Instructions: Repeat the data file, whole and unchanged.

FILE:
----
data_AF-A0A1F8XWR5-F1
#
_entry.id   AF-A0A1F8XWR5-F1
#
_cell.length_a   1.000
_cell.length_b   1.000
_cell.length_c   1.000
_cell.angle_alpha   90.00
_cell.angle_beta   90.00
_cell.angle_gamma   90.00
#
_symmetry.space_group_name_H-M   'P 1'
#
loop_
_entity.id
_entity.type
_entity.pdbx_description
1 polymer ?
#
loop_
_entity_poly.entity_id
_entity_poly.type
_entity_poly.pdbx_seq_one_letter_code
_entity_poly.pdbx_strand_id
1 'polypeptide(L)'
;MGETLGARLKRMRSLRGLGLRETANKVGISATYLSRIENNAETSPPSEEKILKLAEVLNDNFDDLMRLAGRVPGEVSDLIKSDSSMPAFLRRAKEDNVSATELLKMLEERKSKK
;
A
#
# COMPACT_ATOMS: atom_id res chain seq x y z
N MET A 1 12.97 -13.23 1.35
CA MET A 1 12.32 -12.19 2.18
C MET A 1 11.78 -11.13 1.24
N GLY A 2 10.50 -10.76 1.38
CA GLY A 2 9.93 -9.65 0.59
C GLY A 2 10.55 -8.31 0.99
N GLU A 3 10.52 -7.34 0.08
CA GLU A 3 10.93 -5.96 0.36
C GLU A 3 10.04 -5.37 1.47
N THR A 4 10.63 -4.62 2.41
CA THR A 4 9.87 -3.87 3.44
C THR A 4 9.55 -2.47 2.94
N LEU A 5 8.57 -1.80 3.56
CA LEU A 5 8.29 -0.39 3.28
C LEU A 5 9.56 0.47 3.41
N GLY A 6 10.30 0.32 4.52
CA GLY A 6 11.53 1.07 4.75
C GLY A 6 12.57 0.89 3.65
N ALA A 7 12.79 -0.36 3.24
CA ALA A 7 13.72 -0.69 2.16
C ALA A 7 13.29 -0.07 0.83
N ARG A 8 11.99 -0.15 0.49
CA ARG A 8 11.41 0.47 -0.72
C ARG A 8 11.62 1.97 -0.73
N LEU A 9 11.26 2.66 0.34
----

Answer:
data_AF-A0A1F8XWR5-F1
#
_entry.id   AF-A0A1F8XWR5-F1
#
_cell.length_a   1.000
_cell.length_b   1.000
_cell.length_c   1.000
_cell.angle_alpha   90.00
_cell.angle_beta   90.00
_cell.angle_gamma   90.00
#
_symmetry.space_group_name_H-M   'P 1'
#
loop_
_entity.id
_entity.type
_entity.pdbx_description
1 polymer ?
#
loop_
_entity_poly.entity_id
_entity_poly.type
_entity_poly.pdbx_seq_one_letter_code
_entity_poly.pdbx_strand_id
1 'polypeptide(L)'
;MGETLGARLKRMRSLRGLGLRETANKVGISATYLSRIENNAETSPPSEEKILKLAEVLNDNFDDLMRLAGRVPGEVSDLIKSDSSMPAFLRRAKEDNVSATELLKMLEERKSKK
;
A
#
# COMPACT_ATOMS: atom_id res chain seq x y z
N MET A 1 12.97 -13.23 1.35
CA MET A 1 12.32 -12.19 2.18
C MET A 1 11.78 -11.13 1.24
N GLY A 2 10.50 -10.76 1.38
CA GLY A 2 9.93 -9.65 0.59
C GLY A 2 10.55 -8.31 0.99
N GLU A 3 10.52 -7.34 0.08
CA GLU A 3 10.93 -5.96 0.36
C GLU A 3 10.04 -5.37 1.47
N THR A 4 10.63 -4.62 2.41
CA THR A 4 9.87 -3.87 3.44
C THR A 4 9.55 -2.47 2.94
N LEU A 5 8.57 -1.80 3.56
CA LEU A 5 8.29 -0.39 3.28
C LEU A 5 9.56 0.47 3.41
N GLY A 6 10.30 0.32 4.52
CA GLY A 6 11.53 1.07 4.75
C GLY A 6 12.57 0.89 3.65
N ALA A 7 12.79 -0.36 3.24
CA ALA A 7 13.72 -0.69 2.16
C ALA A 7 13.29 -0.07 0.83
N ARG A 8 11.99 -0.15 0.49
CA ARG A 8 11.41 0.47 -0.72
C ARG A 8 11.62 1.97 -0.73
N LEU A 9 11.26 2.66 0.34